We spent a day visiting the Zittauer narrow gauge railway, still operated by steam trains and not only for tourists. Zittau is on the border of Germany, Poland and the Czech Republic. The trains head for Oybin, a small resort in the nearby hills. These are a few views of the trains at Zittau and Oybin.

En route is Bertsdorf, where a branch line, also operated by steam trains, heads off to Jonsdorf. We called there to take the opportunity, unique in Europe today, of watching two steam trains set off for Oybin and Jonsdorf . We were convinced that, when they see someone taking photographs, the drivers and firemen ensure that the locomotives are producing the maximum amount of smoke.

The Elbe Valley

We spent a day wandering up the Elbe valley through the suburbs of Dresden, to Bad Schandau, almost on the Czech border.

At Loschwitz two lines link the riverside to the posh suburbs of Dresden in the hills above. The first is a funicular (pictured above). The second (below) is an early monorail, built by the same person who went on to build the Wuppertal monorail.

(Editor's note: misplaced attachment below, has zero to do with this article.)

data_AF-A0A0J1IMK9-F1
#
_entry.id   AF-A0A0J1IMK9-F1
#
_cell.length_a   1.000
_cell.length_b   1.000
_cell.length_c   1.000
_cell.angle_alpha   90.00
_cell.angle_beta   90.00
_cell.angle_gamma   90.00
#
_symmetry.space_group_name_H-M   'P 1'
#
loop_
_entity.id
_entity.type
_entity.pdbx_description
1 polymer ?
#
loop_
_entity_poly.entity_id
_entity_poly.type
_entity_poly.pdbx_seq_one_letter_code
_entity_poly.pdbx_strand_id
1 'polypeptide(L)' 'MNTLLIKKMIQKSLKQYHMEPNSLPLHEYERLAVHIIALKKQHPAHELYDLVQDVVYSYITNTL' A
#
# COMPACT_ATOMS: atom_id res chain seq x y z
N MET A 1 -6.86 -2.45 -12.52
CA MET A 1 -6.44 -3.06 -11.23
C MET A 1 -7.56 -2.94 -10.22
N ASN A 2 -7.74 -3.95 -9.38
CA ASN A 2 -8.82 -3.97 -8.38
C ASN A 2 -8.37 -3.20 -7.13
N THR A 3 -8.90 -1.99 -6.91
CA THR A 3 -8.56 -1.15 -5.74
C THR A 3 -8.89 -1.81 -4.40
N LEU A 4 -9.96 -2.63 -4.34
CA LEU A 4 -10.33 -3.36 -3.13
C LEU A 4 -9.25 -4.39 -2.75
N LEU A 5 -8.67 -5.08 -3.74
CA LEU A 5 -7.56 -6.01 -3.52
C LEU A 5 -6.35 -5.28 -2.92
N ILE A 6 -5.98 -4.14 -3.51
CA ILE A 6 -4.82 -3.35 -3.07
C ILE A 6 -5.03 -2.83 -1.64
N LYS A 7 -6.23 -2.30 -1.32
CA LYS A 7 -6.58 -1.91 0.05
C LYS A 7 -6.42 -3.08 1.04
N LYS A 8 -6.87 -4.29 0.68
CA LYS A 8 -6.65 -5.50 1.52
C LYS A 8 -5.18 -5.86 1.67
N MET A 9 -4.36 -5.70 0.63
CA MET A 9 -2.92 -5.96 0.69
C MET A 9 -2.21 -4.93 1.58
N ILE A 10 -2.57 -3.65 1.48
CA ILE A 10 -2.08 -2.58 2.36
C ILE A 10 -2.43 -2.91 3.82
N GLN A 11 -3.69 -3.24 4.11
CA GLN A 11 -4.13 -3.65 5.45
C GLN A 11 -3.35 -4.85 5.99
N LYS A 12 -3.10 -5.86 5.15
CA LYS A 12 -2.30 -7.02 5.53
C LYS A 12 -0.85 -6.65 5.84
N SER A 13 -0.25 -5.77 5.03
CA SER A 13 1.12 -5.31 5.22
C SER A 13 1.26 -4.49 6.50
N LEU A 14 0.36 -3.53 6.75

Bad Schandau is the centre of an area of hills and valleys known as Saxon Switzerland, The station is across the river from the town (actually from the local Lidl, see below) and trains are met by a ferry across the river. From Bad Schandau a rural tramway winds uphill to the Lichtenhein waterfall.

On the edge of town is a historic external lift up the cliff face to give access to walks in the woods, though we settled for a beer in a cabin near the top of the lift.

And that is a summary of the trip – from Dresden we reached Durham by train in one (long) day. Of course, as well as sightseeing, there was a fair amount of eating and drinking, particularly by the bear. Here’s a few pictures of the sot in action, including a photo of the bananaweizen we saw in Saaalfeld but couldn’t bring ourselves to drink, goulash soup at the Brocken summit and some interesting beers and schnapps.

For the full write up of the journey download this file:

(c) Text and photos copyright Steve Gillon, 2020.